Usable ubiquitous computing in next generation conference rooms: design, architecture and evaluation


In the UbiComp 2005 workshop “Ubiquitous computing in next generation conference rooms” we learned that usability is one of the primary challenges in these spaces. Nearly all “smart” rooms, though they often have interesting and effective functionality, are very difficult to simply walk in and use. Most such rooms have resident experts who keep the room’s systems functioning, and who often must be available on an everyday basis to enable the meeting technologies. The systems in these rooms are designed for and assume the presence of these human “wizards”; they are seldom designed with usability in mind. In addition, people don’t know what to expect in these rooms; as yet there is no technology standard for next-generation conference rooms.

The challenge here is to strike an effective balance between usability and new kinds of functionality (such as multiple displays, new interfaces, rich media systems, new uploading/access/security systems, robust mobile integration, to name just a few of the functions we saw in last year’s workshop). So, this year, we propose a workshop to focus more specifically on how the design of next-generation conference rooms can support usability: the tasks facing the real people who use these rooms daily.

Usability in ubiquitous computing has been the topic of several papers and workshops. Focusing on usability in next-generation conference rooms lets us bring to bear some of the insights from this prior work in a delineated application space. In addition the workshop will be informed by the most recent usability research in ubiquitous computing, rich media, context-aware mobile systems, multiple display environments, and interactive physical environments. We also are vitally concerned with how usability in smart environments tracks (or doesn’t) across cultures.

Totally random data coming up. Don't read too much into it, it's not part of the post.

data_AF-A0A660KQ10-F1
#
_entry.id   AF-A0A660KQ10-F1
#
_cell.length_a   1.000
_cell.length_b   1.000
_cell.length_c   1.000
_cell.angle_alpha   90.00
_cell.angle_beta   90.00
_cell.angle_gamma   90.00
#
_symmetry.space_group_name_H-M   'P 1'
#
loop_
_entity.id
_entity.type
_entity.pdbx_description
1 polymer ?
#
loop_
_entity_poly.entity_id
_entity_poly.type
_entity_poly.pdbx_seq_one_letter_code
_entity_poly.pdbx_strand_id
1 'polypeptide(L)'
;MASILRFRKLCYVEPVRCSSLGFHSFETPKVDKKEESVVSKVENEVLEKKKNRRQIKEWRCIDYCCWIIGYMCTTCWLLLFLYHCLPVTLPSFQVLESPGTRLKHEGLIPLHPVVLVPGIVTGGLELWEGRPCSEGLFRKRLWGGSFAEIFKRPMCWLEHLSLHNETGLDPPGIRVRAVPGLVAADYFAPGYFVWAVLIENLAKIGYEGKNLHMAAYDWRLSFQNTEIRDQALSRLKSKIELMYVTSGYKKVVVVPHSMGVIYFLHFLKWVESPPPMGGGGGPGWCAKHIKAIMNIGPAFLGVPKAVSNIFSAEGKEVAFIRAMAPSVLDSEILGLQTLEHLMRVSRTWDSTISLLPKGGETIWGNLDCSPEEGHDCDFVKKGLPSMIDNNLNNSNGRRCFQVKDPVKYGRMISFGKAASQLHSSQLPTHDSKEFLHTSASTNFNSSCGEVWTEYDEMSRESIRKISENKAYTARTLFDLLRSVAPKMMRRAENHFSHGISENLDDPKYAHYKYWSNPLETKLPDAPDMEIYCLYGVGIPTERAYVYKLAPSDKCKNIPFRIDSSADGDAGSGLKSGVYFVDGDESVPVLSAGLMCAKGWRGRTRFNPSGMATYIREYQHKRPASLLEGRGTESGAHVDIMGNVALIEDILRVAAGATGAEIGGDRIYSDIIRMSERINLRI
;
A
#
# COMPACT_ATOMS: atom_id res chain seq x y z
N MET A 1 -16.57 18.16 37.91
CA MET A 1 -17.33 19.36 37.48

Conference room research has been and remains a focal point for some of the most interesting and applied work in ubiquitous computing. It is also an area where there are many real-world applications and daily opportunities for user feed-back: in short, a rich area for exploring usable ubiquitous computing. We see a rich opportunity to draw together researchers not only from conference room research but also from areas such as interactive furniture/smart environments, rich media, social computing, remote conferencing, and mobile devices for a lively exchange of ideas on usability in applied ubicomp systems for conference rooms.